For deep fat frying good cookbooks are quite specific (e.g. 375). If you don't have a thermometer, there are ways of testing temperature with a food sample.

                                      Cookbooks give 'dancing water' tests for cooking things like pancakes. I prefer to use by coil burner for pancakes, since I know where to set the dial (from experience). Coil heat is steady. The induction power settings are too coarse to get the right pancake temperature.

                                      In general I use the induction burner where I want quick response, and coil for steady temperatures. An oven is also good for steady heat.

                                      3 Replies
                                      1. re: paulj

                                        Hi paulj,

                                        <Coil heat is steady. The induction power settings are too coarse to get the right pancake temperature.>

                                        I don't understand. Are you saying it's a limitation of your particular unit's 10 settings? That one is too low and the next up is too high? I have no trouble getting steady heat on my range, but I do have 19 settings per hob.

                                        1. re: DuffyH

                                          Right, one power setting is too low, the next is too high. It's been a while since I test this, but I think I need level between '2' and '3'. I don't recall if I tried the temperature settings for this or not.

                                          1. re: paulj

                                            Got it. That would be a nuisance for sure.

                                      2. My SO is an engineer.

                                        He occasionally uses the crockpot. Or the grill.

                                        Otherwise he leaves all cooking to me.

                                        Seriously, cooking can drive an engineer/scientist ~crazy~.

                                        Unless you truly enjoy your time in the kitchen, you should hire out.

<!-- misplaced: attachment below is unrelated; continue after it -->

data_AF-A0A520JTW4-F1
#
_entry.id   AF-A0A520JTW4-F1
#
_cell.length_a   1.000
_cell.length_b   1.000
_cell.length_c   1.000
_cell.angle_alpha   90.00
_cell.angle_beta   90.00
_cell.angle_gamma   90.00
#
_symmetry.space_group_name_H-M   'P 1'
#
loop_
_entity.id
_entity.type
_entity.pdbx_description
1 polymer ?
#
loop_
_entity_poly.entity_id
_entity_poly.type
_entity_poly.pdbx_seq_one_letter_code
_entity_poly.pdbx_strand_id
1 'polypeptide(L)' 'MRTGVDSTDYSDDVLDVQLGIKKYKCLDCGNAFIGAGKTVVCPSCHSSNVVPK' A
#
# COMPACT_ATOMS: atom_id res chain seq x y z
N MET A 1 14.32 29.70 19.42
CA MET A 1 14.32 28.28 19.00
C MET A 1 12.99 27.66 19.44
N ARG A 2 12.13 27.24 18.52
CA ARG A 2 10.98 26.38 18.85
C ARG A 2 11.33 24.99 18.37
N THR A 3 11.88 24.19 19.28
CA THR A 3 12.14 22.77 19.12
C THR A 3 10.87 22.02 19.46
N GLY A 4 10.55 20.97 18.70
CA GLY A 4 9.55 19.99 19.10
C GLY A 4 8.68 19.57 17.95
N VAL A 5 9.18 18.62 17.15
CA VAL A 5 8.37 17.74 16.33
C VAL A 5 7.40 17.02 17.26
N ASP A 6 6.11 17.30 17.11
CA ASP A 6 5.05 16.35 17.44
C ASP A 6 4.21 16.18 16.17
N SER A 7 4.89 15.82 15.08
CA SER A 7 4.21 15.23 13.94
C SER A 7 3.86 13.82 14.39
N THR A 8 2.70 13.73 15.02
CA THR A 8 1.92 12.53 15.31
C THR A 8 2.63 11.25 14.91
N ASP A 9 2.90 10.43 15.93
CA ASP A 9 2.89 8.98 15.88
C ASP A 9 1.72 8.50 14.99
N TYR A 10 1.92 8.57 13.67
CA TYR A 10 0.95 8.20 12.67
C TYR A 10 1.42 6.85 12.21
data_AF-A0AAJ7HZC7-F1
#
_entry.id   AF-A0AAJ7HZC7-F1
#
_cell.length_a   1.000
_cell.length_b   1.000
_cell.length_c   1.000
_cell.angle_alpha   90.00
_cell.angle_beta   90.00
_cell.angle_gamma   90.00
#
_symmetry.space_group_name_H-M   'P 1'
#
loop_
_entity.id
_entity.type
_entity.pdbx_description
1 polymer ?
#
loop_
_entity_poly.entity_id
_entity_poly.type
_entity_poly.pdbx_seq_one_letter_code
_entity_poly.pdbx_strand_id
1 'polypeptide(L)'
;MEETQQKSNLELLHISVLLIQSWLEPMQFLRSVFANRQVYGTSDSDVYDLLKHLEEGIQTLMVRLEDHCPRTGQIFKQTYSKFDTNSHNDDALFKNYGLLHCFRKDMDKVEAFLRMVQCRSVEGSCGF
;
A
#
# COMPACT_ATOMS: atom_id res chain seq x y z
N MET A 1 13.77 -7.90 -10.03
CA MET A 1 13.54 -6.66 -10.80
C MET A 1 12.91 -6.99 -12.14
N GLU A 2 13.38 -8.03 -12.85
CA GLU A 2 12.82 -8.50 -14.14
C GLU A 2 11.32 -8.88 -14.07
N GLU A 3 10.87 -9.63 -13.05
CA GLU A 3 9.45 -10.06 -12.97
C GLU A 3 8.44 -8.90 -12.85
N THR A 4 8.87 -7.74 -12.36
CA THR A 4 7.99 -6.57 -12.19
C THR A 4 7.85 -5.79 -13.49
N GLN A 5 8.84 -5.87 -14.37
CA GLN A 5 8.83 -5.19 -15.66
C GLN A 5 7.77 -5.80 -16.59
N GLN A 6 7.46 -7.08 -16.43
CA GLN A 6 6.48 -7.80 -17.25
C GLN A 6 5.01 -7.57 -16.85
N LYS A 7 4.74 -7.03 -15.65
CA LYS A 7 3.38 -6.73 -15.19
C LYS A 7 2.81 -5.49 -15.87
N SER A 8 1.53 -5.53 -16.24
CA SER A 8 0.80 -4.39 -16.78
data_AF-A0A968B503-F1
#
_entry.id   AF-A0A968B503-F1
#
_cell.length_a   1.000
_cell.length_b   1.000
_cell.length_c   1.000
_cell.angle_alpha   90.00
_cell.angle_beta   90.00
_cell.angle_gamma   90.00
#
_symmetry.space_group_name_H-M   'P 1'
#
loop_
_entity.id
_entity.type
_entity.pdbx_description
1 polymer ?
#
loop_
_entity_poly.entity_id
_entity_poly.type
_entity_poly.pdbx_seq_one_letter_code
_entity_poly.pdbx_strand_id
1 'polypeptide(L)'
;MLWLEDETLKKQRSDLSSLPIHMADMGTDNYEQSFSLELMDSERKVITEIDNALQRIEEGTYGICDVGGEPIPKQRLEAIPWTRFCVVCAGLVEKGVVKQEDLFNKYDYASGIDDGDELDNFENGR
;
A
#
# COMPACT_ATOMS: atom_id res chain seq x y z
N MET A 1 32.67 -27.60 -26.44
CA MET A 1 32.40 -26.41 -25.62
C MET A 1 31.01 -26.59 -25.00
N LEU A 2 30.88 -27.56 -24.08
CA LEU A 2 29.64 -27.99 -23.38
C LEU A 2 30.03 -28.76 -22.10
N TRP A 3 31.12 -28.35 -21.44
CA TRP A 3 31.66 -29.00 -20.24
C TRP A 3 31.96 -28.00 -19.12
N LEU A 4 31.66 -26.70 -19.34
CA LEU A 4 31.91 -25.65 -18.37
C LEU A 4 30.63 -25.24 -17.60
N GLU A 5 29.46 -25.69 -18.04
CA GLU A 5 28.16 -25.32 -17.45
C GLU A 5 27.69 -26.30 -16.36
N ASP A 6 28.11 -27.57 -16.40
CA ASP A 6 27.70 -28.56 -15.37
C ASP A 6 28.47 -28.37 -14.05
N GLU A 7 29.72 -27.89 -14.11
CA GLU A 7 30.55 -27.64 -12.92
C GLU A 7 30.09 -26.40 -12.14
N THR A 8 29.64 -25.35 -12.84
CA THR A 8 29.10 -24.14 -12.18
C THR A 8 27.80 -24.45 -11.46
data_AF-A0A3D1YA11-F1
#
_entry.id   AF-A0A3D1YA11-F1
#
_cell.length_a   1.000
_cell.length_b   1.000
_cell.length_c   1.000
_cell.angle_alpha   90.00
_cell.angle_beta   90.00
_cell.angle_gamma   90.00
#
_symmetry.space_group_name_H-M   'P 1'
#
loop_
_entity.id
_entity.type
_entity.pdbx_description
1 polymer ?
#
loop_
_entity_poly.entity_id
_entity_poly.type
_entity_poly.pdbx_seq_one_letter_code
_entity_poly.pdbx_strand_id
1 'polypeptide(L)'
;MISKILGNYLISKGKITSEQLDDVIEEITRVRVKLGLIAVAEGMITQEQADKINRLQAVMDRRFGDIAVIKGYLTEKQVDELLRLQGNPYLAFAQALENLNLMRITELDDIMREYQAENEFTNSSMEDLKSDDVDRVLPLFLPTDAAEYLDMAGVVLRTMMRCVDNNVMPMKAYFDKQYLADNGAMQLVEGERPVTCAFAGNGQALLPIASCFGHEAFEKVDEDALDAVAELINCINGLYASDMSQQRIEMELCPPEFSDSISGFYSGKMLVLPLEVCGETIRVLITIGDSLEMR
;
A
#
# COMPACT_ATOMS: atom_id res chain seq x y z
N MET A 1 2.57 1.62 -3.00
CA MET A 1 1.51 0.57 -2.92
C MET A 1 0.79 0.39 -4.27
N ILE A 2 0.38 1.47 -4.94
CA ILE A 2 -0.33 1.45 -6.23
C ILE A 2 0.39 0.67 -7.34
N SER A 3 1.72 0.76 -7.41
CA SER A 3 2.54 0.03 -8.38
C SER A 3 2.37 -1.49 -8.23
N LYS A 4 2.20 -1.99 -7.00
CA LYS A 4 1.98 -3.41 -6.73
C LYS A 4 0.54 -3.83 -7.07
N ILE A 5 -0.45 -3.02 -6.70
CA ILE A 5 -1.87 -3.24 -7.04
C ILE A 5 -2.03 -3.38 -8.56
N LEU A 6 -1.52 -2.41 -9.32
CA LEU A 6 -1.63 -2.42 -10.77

2 Replies
                                        1. re: pedalfaster

                                          SO also suggested ~baking~ vs. cooking, if you need an outlet.

                                          You can ~weigh~ the flour and other ingredients. Calibrate the oven temp. Etc.

                                          1. re: pedalfaster

                                            That's why I seldom bake anything except a pizza. My brownies and cupcakes come from a box. Baking is too precise, with often very small matings for error.

                                            Cooking is more organic, more oh, well, no big deal. And forgiving! This is much of it's appeal to me. Even when it's wrong, it can be very right.

                                          1. re: Caroline1

                                            Hi Caroline,

                                            What have you found are the effective min/max pan sizes? The Mirage is one unit that gets almost universal raves. It's got some great features, especially those 100 presets.

                                            1. re: DuffyH

                                              So far a 12" diameter pan is the largest, with no discernable problems. I've written a lot about it here: http://chowhound.chow.com/topics/987590

                                            2. re: Caroline1

                                              Thanks, Caroline1,

                                              I still haven't made it to the Vollrath pro yet, but I'm really enjoying my Cadet. I bought a Max Burton for my son. I'm still learning, but I'm having lots of fun.

                                              Ray